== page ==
Cerebral infarction and subdural hematoma. Advantage of nuclear magnetic resonance imaging in cerebral ischemia.

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Title Journal of Neuro-Ophthalmology, December 1984, Volume 4, Issue 4
Publisher Lippincott, Williams & Wilkins
Date 1984-12
Type Text
Language eng
Rights Management © North American Neuro-Ophthalmology Society
Publication Type Journal Article
ARK ark:/87278/s6df9x9b
Setname ehsl_novel_jno
Date Created 2011-01-12
Date Modified 2020-03-03
ID 226802
Reference URL https://collections.lib.utah.edu/ark:/87278/s6df9x9b

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Title Cerebral infarction and subdural hematoma. Advantage of nuclear magnetic resonance imaging in cerebral ischemia.
Creator Mauskop, Alexander; Wolintz, Arthur H.; Valderrama, Ramon
Subject Aged; Brain Ischemia; Cerebral Infarction; Hallucinations; Hematoma, Subdural; Humans; Magnetic Resonance Spectroscopy; Male; Tomography, X-Ray Computed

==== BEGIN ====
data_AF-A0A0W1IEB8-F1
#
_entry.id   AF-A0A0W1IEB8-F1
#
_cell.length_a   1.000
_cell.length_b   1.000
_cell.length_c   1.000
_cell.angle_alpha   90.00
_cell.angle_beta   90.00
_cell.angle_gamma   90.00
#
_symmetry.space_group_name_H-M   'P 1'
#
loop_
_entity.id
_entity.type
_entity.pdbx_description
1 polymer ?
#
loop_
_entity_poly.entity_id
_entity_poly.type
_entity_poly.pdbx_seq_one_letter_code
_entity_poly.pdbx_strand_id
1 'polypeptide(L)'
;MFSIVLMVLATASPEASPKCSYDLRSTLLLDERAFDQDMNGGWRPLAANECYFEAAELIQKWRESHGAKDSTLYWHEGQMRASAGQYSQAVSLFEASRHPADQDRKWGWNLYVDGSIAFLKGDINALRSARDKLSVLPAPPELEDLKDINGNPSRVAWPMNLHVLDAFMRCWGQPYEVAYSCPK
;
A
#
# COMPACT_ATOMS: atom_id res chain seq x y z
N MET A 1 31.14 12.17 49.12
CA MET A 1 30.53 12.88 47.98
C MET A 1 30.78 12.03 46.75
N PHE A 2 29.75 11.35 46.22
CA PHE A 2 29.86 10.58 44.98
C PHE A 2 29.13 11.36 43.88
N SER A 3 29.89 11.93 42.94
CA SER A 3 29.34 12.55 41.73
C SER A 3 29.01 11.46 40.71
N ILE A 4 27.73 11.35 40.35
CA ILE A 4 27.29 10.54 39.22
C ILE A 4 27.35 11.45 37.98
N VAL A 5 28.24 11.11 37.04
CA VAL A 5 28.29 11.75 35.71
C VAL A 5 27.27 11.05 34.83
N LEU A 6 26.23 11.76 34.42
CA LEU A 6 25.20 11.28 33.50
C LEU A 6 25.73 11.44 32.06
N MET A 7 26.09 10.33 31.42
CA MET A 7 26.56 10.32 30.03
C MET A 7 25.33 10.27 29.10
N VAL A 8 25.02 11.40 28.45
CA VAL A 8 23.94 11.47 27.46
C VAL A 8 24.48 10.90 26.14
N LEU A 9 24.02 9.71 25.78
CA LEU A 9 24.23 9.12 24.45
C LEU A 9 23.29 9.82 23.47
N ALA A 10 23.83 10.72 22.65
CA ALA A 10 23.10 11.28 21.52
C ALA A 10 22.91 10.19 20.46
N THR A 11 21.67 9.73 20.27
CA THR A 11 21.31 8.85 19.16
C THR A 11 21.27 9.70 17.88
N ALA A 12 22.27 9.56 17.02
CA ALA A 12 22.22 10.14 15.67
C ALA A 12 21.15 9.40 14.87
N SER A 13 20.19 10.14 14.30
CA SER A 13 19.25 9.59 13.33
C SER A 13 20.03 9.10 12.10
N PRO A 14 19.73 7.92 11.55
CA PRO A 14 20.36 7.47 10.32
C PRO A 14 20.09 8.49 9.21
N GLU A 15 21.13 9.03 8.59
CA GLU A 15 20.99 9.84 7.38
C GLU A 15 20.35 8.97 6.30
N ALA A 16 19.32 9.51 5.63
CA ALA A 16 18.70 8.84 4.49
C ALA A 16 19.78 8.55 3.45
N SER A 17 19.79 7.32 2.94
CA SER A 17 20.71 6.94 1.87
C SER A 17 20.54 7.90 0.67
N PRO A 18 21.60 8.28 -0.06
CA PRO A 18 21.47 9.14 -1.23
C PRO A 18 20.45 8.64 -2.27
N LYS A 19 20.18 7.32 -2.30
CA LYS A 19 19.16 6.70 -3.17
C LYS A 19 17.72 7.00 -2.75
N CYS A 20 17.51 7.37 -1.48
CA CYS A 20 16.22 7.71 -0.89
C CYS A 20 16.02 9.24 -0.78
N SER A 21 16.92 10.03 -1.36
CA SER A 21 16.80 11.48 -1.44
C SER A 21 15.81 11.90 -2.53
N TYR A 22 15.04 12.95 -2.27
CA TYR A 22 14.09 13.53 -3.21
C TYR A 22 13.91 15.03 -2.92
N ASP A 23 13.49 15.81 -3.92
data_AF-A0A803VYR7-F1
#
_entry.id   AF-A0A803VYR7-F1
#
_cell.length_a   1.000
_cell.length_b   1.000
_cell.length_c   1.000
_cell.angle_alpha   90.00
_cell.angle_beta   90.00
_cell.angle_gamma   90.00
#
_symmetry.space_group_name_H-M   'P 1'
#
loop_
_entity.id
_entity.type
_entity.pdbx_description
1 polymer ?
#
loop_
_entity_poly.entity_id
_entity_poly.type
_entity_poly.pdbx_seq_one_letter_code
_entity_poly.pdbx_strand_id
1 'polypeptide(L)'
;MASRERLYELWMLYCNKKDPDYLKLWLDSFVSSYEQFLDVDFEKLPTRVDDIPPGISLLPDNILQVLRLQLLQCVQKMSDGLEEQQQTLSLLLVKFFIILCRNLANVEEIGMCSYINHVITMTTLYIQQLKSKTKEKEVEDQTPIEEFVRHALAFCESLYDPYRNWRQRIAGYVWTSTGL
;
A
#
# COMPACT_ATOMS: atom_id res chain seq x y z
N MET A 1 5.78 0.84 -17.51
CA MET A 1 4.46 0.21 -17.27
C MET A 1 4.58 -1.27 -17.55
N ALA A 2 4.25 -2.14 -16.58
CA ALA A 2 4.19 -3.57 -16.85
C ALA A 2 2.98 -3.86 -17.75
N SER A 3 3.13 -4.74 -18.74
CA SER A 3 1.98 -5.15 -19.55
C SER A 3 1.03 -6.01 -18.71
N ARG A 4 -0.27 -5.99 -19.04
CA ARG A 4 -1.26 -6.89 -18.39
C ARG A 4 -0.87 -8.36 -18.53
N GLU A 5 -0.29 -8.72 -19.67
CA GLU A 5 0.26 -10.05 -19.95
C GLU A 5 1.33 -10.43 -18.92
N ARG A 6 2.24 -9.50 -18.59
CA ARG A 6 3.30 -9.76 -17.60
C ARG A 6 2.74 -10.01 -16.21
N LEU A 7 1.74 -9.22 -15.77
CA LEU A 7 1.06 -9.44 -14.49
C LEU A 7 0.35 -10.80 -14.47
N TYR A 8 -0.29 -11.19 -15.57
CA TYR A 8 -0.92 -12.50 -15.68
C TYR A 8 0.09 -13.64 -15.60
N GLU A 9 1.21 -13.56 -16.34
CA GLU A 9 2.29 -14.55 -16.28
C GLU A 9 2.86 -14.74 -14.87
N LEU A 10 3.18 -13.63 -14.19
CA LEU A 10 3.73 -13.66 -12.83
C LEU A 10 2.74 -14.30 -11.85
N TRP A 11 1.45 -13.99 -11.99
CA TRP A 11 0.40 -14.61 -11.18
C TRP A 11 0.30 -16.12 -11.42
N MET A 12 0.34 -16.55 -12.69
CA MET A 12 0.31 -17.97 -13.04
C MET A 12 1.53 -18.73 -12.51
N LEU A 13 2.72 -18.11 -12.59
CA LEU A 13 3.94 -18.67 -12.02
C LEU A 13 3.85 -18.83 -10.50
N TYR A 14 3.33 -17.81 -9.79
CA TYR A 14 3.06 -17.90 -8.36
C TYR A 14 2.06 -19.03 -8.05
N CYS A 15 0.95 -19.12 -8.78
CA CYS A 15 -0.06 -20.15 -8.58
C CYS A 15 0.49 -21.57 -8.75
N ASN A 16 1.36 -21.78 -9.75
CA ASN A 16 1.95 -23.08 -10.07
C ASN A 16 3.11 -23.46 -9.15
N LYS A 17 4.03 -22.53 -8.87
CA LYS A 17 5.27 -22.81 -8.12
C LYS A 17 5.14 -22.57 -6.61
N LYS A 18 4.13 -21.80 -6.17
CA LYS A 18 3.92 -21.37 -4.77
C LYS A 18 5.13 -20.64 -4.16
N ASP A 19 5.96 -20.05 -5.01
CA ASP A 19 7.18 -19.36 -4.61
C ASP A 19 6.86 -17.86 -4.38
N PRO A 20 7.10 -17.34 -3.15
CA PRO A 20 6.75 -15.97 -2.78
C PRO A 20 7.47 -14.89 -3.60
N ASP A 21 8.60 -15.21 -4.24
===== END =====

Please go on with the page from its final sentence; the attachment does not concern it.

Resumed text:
Abstract Visual hallucinations were the initial complaints in a patient with a posterior cerebral artery occlusions who fell and sustained bilateral subdural hematomas. In addition to poor vision, the patient experienced formed visual hallucinations of the epileptic type in the hemianopic field. The hemianopia was dense with macular sparing. CAT scans, which were done pre- and postoperatively, showed no abnormalities in the temporal and occipital lobes to explain the "epileptic visual hallucinations" and macular sparing. The NMR scan showed low-density changes in those areas. At the time that the NMR scan was done, most of the patient's deficits, including the hemianopia and hallucinations, had resolved.
OCR Text Show
Publisher Lippincott, Williams & Wilkins
Date 1984-12
Type Text
Language eng
Rights Management © North American Neuro-Ophthalmology Society
Publication Type Journal Article
Setname ehsl_novel_jno
Date Created 2011-01-12
Date Modified 2020-03-24
ID 226794
Reference URL https://collections.lib.utah.edu/ark:/87278/s6df9x9b/226794